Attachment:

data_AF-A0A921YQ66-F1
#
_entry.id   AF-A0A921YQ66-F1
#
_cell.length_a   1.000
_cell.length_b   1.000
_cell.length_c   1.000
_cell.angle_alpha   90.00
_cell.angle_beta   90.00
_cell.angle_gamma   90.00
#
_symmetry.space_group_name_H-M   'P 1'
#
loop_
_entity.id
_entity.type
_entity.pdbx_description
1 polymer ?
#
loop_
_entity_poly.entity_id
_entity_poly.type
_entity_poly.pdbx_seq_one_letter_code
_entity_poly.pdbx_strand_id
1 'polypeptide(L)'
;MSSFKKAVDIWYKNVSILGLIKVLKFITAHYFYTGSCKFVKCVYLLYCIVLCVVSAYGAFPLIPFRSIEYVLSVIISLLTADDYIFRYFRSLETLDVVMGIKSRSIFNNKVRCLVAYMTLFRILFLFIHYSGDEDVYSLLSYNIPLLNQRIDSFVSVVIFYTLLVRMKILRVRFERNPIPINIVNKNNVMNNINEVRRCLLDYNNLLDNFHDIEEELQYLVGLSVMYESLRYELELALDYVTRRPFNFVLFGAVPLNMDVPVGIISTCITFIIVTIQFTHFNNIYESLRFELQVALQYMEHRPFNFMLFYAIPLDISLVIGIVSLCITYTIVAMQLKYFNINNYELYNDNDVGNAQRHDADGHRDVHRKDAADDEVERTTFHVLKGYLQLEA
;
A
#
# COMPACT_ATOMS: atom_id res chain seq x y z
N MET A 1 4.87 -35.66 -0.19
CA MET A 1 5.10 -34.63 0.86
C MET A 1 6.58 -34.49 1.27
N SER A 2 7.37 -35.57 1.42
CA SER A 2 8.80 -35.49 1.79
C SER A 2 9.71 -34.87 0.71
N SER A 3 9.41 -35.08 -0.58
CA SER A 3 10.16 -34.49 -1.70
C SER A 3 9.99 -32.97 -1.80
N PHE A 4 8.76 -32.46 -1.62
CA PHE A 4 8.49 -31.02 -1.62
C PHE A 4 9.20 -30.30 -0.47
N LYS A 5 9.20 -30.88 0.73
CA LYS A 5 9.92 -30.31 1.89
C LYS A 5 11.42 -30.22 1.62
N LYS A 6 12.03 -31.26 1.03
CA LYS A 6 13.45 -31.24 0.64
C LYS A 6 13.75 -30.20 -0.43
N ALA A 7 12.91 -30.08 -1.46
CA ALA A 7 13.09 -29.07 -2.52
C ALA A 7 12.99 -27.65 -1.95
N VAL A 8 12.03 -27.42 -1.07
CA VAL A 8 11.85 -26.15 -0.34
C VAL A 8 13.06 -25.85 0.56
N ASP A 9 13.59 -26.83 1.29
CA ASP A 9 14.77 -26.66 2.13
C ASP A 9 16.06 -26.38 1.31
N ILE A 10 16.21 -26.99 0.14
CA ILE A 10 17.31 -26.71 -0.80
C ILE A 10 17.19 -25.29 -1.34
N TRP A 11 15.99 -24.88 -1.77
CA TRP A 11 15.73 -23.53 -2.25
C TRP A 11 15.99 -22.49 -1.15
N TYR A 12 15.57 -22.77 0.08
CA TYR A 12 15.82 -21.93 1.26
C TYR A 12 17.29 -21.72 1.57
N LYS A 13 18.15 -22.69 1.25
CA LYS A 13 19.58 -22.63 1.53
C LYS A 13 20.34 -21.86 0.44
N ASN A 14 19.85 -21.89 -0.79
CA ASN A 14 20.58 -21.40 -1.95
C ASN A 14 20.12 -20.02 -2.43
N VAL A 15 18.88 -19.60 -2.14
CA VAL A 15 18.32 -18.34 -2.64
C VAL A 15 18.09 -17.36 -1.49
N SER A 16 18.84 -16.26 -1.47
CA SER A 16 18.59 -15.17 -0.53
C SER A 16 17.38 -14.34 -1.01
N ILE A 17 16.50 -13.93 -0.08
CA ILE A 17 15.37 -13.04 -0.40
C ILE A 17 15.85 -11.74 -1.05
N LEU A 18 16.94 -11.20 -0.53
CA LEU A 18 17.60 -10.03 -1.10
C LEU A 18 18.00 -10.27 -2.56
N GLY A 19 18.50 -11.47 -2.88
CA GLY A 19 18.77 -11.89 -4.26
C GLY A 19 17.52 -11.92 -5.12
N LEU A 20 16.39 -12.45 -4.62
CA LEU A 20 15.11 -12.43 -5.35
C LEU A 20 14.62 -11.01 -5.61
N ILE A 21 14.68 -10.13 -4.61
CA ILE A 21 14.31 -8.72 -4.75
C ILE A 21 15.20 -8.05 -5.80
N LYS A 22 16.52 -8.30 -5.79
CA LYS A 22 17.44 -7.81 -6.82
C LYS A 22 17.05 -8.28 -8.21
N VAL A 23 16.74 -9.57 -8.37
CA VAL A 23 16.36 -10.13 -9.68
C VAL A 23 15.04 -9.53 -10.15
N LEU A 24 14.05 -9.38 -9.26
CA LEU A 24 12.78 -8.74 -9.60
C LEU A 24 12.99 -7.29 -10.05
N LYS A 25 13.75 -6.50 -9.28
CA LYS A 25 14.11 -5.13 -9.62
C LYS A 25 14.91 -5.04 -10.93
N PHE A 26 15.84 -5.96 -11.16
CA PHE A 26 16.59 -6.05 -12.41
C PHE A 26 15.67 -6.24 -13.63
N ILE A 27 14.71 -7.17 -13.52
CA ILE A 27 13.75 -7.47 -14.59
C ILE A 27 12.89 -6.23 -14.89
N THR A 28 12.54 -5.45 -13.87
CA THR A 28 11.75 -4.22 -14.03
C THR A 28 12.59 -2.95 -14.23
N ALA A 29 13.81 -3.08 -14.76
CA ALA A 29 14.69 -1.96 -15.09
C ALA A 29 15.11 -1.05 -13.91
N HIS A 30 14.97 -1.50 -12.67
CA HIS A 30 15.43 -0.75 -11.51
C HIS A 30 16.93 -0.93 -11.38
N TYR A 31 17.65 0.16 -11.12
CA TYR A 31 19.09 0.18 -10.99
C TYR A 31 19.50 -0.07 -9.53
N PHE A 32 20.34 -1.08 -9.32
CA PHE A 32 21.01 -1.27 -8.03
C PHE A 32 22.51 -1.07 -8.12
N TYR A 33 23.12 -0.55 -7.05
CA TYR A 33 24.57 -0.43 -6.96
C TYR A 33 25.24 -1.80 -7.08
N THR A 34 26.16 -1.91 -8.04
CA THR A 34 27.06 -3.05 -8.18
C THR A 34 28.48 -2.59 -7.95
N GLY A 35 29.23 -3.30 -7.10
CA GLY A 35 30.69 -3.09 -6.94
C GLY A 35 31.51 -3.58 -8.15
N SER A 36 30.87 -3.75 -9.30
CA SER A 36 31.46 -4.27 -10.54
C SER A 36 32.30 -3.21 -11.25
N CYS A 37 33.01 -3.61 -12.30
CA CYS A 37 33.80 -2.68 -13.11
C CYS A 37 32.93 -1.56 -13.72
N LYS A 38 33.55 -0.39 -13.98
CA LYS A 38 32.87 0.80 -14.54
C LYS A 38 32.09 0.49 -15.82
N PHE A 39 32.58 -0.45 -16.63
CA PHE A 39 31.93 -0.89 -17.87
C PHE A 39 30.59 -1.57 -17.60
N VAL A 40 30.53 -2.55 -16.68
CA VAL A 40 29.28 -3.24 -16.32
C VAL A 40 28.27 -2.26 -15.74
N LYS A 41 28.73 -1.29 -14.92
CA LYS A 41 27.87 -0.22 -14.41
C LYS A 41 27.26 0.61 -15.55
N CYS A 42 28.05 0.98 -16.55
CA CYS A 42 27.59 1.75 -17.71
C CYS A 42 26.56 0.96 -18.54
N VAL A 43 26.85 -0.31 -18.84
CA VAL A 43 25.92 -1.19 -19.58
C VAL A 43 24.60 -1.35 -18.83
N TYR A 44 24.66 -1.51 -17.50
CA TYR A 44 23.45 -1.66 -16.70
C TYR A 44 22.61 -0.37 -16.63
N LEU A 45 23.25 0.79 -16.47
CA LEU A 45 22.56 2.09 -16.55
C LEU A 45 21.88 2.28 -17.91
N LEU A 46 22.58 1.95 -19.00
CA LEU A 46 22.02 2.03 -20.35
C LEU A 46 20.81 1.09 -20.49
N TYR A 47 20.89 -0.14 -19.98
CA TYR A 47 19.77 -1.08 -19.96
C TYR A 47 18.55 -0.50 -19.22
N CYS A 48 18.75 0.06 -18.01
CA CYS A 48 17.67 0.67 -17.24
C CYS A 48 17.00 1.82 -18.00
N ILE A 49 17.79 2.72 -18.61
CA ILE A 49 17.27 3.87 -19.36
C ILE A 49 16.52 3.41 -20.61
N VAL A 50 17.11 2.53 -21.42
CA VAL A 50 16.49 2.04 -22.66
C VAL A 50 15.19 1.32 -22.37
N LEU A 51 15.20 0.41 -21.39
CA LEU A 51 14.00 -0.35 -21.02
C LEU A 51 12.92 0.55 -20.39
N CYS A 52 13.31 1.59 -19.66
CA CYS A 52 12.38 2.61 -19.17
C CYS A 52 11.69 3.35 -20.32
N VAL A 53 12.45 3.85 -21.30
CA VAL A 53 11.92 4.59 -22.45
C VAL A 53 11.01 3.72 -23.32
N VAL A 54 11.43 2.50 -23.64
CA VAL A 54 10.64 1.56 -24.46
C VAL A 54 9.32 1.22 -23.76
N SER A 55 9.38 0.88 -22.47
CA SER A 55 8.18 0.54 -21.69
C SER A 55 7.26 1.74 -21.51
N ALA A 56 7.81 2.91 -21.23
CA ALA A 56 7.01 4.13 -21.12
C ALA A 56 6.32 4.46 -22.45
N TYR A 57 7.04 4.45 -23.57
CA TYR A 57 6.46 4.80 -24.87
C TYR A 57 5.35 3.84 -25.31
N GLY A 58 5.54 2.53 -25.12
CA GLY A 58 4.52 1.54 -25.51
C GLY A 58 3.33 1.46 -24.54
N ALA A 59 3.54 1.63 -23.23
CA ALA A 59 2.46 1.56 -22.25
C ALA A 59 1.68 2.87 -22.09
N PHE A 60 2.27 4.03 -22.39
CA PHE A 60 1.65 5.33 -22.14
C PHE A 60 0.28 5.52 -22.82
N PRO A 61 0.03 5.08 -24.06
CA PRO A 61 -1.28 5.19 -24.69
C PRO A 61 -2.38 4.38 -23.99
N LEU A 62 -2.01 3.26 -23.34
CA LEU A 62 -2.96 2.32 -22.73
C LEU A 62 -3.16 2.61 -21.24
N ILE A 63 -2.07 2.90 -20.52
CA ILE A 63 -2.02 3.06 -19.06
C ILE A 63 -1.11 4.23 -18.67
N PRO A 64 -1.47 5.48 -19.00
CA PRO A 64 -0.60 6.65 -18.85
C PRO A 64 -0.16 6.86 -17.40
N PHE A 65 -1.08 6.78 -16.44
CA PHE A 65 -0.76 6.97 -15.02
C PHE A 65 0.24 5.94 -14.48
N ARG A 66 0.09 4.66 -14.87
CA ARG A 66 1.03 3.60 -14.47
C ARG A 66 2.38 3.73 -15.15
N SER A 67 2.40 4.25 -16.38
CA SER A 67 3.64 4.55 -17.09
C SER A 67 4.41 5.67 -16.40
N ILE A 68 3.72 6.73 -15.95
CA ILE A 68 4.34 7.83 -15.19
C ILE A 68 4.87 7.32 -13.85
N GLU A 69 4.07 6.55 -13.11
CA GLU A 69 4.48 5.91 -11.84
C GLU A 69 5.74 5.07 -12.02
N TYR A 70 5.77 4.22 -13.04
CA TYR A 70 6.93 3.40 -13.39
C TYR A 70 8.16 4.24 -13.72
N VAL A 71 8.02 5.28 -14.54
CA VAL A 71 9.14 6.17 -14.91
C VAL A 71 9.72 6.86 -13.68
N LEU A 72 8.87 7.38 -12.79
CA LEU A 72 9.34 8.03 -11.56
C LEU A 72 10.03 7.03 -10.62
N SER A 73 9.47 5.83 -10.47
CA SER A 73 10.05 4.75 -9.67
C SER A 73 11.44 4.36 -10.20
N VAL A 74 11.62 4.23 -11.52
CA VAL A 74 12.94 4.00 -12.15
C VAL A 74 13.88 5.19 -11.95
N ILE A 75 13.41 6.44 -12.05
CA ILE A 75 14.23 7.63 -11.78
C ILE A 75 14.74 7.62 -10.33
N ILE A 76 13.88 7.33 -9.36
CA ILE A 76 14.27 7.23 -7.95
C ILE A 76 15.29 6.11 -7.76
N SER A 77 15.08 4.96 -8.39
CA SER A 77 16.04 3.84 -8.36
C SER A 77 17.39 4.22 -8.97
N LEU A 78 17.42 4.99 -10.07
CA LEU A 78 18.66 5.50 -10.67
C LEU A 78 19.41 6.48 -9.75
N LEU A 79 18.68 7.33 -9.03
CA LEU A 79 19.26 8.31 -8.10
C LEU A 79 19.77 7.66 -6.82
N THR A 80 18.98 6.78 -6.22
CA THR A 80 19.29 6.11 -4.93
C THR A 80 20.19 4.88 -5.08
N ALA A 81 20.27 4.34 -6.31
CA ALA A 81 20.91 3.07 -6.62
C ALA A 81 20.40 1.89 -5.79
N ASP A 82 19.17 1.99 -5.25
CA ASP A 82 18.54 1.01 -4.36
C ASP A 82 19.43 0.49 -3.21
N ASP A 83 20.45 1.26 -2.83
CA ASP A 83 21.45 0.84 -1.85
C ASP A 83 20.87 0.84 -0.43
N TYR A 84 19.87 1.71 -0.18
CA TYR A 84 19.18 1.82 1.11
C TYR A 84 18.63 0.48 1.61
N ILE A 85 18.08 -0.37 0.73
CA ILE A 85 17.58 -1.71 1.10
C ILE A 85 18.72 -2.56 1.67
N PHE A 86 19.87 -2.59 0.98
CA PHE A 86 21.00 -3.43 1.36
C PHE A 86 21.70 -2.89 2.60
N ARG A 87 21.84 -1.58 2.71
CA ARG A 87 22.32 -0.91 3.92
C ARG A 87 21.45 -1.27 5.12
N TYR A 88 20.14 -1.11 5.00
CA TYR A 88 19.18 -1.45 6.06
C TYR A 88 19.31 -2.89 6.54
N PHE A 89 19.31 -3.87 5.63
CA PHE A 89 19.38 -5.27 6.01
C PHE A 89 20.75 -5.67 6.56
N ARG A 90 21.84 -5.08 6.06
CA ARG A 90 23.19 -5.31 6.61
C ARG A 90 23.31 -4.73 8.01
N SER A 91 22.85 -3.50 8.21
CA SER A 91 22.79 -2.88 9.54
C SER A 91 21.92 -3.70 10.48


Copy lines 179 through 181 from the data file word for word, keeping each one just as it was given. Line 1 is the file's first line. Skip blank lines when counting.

CA VAL A 50 16.49 2.04 -22.66
C VAL A 50 15.19 1.32 -22.37
N LEU A 51 15.20 0.41 -21.39